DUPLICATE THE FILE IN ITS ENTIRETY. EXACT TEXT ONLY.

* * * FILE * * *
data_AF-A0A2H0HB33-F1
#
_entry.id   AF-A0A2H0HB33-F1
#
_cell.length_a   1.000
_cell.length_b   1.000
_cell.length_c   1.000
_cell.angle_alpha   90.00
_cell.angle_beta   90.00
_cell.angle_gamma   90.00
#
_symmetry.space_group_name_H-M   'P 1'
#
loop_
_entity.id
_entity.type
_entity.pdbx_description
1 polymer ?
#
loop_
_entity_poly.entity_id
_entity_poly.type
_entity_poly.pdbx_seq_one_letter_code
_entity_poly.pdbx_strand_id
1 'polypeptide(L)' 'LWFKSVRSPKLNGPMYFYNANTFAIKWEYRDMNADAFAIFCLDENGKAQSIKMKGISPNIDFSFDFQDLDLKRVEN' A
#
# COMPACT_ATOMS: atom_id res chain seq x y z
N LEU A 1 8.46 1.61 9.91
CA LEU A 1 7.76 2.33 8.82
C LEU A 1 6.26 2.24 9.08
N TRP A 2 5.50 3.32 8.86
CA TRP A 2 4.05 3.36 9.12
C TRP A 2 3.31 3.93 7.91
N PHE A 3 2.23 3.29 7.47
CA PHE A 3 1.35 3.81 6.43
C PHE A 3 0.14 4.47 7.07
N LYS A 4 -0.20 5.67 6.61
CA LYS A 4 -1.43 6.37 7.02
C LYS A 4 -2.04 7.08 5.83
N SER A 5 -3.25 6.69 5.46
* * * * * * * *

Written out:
data_AF-A0A2H0HB33-F1
#
_entry.id   AF-A0A2H0HB33-F1
#
_cell.length_a   1.000
_cell.length_b   1.000
_cell.length_c   1.000
_cell.angle_alpha   90.00
_cell.angle_beta   90.00
_cell.angle_gamma   90.00
#
_symmetry.space_group_name_H-M   'P 1'
#
loop_
_entity.id
_entity.type
_entity.pdbx_description
1 polymer ?
#
loop_
_entity_poly.entity_id
_entity_poly.type
_entity_poly.pdbx_seq_one_letter_code
_entity_poly.pdbx_strand_id
1 'polypeptide(L)' 'LWFKSVRSPKLNGPMYFYNANTFAIKWEYRDMNADAFAIFCLDENGKAQSIKMKGISPNIDFSFDFQDLDLKRVEN' A
#
# COMPACT_ATOMS: atom_id res chain seq x y z
N LEU A 1 8.46 1.61 9.91
CA LEU A 1 7.76 2.33 8.82
C LEU A 1 6.26 2.24 9.08
N TRP A 2 5.50 3.32 8.86
CA TRP A 2 4.05 3.36 9.12
C TRP A 2 3.31 3.93 7.91
N PHE A 3 2.23 3.29 7.47
CA PHE A 3 1.35 3.81 6.43
C PHE A 3 0.14 4.47 7.07
N LYS A 4 -0.20 5.67 6.61
CA LYS A 4 -1.43 6.37 7.02
C LYS A 4 -2.04 7.08 5.83
N SER A 5 -3.25 6.69 5.46